After 10 years in the retail plaza Canyon Crest Towne Center in Riverside, Calif., Cellar Door Books is seeking a new space. On January 17, Cellar Door owner Linda Sherman-Nurick received email notification from Canyon Crest Management that her month-to-month lease would not be extended and that the store should vacate the premises by February 28.

Sherman-Nurick posted the news to social media early on January 20, announcing that although CCM was “within their legal rights,” they had failed to show “common decency and respect,” and did not allow enough time to re-establish the business elsewhere. “They haven’t told us why” they chose not to continue the lease, Sherman-Nurick told PW. “I certainly can make some educated guesses, especially with what is going on in our country in regard to book banning, CRT craziness, and people uncomfortable with diverse voices and histories.”

Swift outcry from loyal clients followed, with customers linking management’s decision to the store’s progressive politics and a January 14 Drag Queen Story Time. In October 2018, Cellar Door had been the target of a protest during another Drag Queen Story Time, prompting Sherman-Nurick to write an editorial titled “Hate Came to My Bookstore.” Cellar Door celebrates gender diversity and BIPOC identities in its book clubs and events.

Past arrangements with CCM had left Cellar Door vulnerable. In 2016, four years into Cellar Door’s tenancy, Sherman-Nurick renegotiated her lease with then-property manager Mark Thompson. The retail center expected long-term tenants to pay rent plus common area maintenance fees, which Sherman-Nurick realized her bookstore could not afford. She and Thompson agreed on a month-to-month rental, minus the CAM fees. “It was either that or close,” said Sherman-Nurick, but the tenuous lease came to feel like a “punishment” because cancellation required a mere 30 days’ notice.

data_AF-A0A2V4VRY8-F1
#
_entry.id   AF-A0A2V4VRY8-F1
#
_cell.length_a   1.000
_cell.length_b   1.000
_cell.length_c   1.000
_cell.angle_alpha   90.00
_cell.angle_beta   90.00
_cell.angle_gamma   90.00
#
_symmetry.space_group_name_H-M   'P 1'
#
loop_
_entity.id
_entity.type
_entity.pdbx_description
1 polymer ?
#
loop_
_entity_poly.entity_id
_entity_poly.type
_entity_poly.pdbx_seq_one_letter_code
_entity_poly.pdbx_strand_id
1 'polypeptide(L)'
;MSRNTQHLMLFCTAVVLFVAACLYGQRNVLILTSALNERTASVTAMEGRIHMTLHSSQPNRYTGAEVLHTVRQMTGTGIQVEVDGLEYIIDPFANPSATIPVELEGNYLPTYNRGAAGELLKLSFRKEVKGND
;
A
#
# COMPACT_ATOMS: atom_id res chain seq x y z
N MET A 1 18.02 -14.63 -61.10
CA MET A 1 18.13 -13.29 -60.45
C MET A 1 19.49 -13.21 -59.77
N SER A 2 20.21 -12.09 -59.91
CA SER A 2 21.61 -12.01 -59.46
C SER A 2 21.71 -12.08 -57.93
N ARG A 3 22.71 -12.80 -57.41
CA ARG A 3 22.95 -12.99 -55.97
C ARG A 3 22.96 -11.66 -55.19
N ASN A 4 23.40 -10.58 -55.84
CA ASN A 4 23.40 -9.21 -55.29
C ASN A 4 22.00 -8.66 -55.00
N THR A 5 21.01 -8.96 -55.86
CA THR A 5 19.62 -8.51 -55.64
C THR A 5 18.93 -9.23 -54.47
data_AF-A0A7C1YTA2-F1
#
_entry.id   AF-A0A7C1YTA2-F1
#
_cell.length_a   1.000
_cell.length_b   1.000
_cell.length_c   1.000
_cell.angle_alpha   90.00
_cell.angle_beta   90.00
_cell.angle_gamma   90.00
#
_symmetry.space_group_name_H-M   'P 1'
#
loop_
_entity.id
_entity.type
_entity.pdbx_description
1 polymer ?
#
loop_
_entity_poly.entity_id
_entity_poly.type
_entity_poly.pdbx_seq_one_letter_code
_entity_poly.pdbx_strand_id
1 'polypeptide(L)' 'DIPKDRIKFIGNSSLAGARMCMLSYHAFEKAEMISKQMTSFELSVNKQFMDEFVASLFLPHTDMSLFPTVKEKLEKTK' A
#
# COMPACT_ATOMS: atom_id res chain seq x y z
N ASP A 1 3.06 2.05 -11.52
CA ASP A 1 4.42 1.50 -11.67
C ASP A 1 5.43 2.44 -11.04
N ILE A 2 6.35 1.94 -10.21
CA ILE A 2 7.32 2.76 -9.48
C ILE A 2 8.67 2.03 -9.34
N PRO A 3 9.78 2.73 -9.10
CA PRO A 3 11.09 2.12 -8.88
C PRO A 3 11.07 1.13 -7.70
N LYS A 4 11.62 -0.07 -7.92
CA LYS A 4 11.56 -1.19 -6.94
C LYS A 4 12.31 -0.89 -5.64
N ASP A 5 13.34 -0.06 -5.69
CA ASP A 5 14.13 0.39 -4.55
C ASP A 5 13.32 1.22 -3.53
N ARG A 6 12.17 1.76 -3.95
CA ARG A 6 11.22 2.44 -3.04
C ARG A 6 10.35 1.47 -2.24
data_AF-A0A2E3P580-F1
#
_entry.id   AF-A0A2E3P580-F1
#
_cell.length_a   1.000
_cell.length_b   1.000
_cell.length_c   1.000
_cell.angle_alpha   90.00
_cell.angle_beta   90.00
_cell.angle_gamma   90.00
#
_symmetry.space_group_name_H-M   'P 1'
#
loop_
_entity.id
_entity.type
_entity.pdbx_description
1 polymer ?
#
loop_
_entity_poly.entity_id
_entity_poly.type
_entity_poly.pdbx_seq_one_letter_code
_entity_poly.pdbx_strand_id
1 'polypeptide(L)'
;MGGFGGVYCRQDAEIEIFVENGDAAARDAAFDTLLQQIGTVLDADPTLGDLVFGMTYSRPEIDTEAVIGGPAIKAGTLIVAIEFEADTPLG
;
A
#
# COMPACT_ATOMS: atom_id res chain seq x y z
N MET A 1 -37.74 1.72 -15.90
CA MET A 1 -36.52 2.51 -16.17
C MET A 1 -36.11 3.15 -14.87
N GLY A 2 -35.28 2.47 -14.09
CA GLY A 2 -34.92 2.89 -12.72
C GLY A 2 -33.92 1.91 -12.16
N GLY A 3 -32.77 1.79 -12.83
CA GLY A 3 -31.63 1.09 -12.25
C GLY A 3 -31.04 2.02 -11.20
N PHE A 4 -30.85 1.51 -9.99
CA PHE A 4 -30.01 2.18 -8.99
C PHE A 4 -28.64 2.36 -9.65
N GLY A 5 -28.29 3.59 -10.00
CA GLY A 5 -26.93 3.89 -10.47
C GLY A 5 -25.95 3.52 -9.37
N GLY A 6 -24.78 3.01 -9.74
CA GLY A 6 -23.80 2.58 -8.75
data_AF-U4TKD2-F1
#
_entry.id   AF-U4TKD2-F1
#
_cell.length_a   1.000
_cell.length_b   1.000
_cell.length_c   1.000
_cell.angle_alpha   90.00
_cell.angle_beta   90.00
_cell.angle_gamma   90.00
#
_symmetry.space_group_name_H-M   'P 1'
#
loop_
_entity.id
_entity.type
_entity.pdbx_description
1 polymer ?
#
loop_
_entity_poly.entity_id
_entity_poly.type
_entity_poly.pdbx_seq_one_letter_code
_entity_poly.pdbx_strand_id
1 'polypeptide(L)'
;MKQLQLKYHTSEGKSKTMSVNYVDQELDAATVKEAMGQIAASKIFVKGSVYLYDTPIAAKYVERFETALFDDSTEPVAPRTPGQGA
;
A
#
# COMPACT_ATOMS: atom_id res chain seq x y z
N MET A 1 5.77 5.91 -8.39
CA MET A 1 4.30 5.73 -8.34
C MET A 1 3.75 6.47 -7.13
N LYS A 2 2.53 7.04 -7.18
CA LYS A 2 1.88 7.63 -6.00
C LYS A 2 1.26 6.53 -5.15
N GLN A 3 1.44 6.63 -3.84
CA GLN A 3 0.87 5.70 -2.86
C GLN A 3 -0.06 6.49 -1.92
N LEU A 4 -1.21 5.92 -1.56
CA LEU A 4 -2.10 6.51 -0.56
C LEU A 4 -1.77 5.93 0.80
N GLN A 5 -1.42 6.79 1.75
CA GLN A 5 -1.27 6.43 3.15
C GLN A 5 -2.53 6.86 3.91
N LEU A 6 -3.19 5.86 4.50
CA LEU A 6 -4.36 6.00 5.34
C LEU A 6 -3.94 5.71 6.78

Thompson died in August 2021, and his son Scott Thompson, who assumed management responsibilities, died nine months later, leaving CCM under interim leadership. As of January 1, new manager Jeffrey W. Lerch took over CCM and reviewed tenants’ contracts.

In a January 20 press release, Lerch wrote, “It seems the Inland Empire is bristling with the news that Cellar Door Books… has been asked to vacate their premises and relocate. Rumors are rampant that the decision from the CCTC ownership and management was politically, racially, or otherwise motivated and tied to Cellar Door Books special events and patrons. In fact, these rumors are completely and totally unfounded and could not be further from the truth.”

Lerch said his duties include “administration of the existing tenancies and leasing inquiries from prospective tenants.” Although “Cellar Door Books was not in default of their lease, had timely paid their rental obligations, and had no outstanding complaints served against them,” CCM had asked them to go: “Their premises will be repurposed for another use as part of a larger strategic initiative.” In the announcement, Lerch added that CCM “has given them until March 31, 2023 to relocate their operations.”

“They did not inform me [of the March 31 extension], but I saw the press release,” Sherman-Nurick said. “I’m glad people’s protests worked.” Friends of Cellar Door are reaching out to her with storefront suggestions, and Sherman-Nurick believes this could be an opportunity for Cellar Door to establish a more accessible Riverside location.